Five new books about the Middle Ages, taking you to Italy, Germany and the Low Countries.
The Cathedrals of Pisa, Siena and Florence: A Thorough Inspection of Medieval Construction Techniques
Excerpt: While they were being built, there was no supposed original design to follow which would have provided all the necessary information; rather, the key decisions on the choice and production of the materials and constructive solutions were made at the construction site itself. Furthermore, decisions about the architectural style to be created were often made step-by-step during the execution phases, often demonstrating a willingness to make changes that were capable of calling previous choices into question. The construction site was a place where architectural experimentation occurred.
The Political Message of the Shrine of St. Heribert of Cologne: Church and Empire after the Investiture Contest
ARC Humanities Press
Overview: This is the first ever book in English solely devoted to one of the most important reliquary shrines of the Mosan Rhineland, the Heribert Shrine. Carolyn M. Carty investigates how liturgy, history, politics, and geography all converge to influence the creation and the message of a work of art in the aftermath of the Investiture Controversy between the Church and the Holy Roman Empire. She argues that the Heribert Shrine’s images and inscriptions support the supremacy of the Church over the State with consequent implications for the shrine’s intended viewers.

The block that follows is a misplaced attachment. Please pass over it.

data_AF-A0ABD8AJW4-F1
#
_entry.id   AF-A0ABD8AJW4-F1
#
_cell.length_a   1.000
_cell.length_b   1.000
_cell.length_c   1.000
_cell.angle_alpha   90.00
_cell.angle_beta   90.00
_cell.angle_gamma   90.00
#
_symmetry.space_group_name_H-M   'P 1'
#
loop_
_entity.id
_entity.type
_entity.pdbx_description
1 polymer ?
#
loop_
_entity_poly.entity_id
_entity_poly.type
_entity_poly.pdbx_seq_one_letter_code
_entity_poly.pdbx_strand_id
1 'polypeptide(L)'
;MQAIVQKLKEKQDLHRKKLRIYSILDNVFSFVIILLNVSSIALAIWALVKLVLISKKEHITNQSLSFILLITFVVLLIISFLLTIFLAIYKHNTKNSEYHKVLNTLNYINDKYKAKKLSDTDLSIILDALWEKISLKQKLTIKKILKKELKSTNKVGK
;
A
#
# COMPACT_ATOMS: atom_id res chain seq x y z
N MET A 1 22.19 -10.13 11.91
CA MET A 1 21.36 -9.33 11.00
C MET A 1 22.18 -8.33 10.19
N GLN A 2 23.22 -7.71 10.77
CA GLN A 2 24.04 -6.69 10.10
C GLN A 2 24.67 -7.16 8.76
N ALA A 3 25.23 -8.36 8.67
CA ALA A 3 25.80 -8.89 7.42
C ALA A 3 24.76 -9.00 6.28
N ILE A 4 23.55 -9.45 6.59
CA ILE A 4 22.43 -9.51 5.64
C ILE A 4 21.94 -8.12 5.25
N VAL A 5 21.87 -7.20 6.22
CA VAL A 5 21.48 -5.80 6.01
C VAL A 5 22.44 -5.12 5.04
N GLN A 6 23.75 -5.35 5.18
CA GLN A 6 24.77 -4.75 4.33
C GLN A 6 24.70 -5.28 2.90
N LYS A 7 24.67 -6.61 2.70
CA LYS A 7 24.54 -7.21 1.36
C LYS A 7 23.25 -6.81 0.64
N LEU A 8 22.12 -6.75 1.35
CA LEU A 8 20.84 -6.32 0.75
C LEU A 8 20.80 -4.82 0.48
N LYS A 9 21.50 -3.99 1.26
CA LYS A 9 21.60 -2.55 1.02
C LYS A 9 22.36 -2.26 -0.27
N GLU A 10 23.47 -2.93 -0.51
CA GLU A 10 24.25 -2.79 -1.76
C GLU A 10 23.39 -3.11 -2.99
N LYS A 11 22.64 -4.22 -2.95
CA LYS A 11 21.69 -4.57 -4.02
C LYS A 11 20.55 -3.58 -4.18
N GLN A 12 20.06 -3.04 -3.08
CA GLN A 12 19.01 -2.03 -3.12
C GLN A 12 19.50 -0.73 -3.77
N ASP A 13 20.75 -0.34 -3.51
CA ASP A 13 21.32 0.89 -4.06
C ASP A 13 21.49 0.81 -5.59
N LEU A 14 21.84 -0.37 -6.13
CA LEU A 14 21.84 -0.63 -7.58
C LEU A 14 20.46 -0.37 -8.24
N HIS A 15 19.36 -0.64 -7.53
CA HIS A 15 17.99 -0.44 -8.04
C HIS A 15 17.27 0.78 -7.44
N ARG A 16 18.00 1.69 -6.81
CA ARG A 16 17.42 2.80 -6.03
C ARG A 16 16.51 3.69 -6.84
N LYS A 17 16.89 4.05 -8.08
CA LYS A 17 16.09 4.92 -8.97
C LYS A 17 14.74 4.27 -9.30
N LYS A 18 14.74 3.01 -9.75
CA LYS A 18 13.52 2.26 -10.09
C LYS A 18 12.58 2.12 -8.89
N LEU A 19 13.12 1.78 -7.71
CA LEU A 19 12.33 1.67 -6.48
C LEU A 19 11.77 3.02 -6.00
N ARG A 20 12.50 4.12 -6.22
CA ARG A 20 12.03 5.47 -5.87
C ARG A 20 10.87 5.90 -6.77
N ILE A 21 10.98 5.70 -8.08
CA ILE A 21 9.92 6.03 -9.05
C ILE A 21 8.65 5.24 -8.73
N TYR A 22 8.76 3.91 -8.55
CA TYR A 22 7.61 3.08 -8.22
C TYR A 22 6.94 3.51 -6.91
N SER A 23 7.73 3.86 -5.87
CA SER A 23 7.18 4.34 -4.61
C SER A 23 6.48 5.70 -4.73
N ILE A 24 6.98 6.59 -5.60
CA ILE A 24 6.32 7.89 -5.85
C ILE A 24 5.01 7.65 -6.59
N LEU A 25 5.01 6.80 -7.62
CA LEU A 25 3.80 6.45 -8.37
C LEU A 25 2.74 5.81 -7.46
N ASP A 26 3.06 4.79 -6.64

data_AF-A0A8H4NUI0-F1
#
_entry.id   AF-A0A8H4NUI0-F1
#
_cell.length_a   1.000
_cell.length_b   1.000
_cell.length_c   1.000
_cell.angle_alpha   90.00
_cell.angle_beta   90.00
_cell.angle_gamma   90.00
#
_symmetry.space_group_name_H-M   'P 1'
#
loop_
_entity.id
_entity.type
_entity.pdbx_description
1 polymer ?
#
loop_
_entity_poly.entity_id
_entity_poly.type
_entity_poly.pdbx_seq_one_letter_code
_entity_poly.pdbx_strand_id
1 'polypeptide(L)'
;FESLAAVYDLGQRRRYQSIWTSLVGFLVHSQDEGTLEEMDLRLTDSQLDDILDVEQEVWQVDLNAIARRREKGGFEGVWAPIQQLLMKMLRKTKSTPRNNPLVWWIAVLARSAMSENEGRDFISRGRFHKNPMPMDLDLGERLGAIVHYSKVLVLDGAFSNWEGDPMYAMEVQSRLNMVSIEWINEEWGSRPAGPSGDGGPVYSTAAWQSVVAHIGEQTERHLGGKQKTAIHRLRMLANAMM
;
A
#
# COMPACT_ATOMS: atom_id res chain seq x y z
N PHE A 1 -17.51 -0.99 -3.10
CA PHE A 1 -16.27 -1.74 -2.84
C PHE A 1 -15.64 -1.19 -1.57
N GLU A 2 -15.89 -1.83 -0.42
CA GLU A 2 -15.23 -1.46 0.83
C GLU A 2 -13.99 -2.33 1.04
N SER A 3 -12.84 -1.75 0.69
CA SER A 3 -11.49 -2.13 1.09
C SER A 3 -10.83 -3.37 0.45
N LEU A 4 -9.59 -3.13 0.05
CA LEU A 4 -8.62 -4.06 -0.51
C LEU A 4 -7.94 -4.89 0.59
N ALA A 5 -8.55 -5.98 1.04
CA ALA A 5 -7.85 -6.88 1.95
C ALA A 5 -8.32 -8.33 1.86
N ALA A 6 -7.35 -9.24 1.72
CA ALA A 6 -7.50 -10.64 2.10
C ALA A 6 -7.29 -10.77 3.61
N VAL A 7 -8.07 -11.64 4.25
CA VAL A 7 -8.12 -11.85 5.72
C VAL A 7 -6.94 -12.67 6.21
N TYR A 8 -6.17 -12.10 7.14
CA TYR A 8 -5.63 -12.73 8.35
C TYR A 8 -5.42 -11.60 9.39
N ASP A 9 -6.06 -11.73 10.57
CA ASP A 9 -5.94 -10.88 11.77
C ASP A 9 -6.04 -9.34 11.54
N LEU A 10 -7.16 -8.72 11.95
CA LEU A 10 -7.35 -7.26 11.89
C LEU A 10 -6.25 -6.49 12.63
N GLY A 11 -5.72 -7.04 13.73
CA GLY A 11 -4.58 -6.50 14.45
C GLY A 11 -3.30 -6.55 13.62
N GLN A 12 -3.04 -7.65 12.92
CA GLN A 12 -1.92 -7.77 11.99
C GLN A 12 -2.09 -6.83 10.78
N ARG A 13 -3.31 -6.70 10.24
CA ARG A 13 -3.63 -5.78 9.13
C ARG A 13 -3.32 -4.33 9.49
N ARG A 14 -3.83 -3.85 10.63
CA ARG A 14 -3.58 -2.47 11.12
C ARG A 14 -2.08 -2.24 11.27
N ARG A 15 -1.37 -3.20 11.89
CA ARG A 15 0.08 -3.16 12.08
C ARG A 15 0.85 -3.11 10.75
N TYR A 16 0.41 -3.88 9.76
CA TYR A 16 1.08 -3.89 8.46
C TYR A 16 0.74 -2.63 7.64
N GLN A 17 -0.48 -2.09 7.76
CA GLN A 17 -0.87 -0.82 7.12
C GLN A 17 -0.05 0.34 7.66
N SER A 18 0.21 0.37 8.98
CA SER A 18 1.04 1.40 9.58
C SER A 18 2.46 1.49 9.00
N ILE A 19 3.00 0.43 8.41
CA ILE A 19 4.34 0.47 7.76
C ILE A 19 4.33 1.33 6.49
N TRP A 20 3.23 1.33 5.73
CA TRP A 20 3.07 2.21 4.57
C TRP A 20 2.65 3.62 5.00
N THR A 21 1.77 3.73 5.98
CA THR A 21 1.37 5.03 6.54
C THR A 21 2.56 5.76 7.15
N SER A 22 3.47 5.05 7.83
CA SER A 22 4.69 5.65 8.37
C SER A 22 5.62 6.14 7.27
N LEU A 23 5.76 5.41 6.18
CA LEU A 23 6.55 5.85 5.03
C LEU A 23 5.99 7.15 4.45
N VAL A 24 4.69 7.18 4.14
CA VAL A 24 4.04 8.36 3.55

Embodying the Soul: Medicine and Religion in Carolingian Europe
University of Pennsylvania Press
Excerpt: Hair removal was serious business in the Carolingian period. Indeed, the very act of seizing the title ‘King of the Franks’ from the long-established Merovingian dynasty was symbolically associated with a haircut. In 751, the last Merovingian king was deposed, shaved and tortured, and consigned to a monastery – the ‘long-haired’ royals, whose tresses have been imbued with a mysterious potency, we’re relegated to the past. The new Carolingian Dynasty would favor a closely cropped hairstyle with a long moustache, as supported by the illustrious Charlemagne.
Community, Urban Health and Environment in the Late Medieval Low Countries
Cambridge University Press
Excerpt: Health and hygienic conditions are topics where ‘medieval’ is still regularly used as a mobile pejorative term. Gaining a better understanding of public health in the period under review also helps to advance in these discussions. We thus proceed to investigate them on their own terms, from an emic perspective, as opposed to an etic perspective that projects contemporary definitions and methods of investigating public health back into time and assesses societies’ prophylactic practices accordingly. It will then become clear that pre-modern conceptions of communal well-being diverge in fascinating ways from their modern counterparts, from which there is much insight to be gained.
Manuscripts in the Anglo-Saxon Kingdoms: Cultures and Connections
Four Courts Press
Excerpt: Public narratives sometimes project backward socio-political structures and forms of governance that are better documented in later periods. Since ‘England’ as a territorial entity did not exist in form or concept before the middle decades of the tenth century one objective of the exhibition was to trace the fate of earlier kingdoms and the steps by which a single kingdom emerged, as documented, explained and remembered in the written sources that survive from the later part of the period. The essays contain here reflect the broad chronological, subject and geographical range of the exhibition itself, and report results of new research across a wide range of manuscript evidence.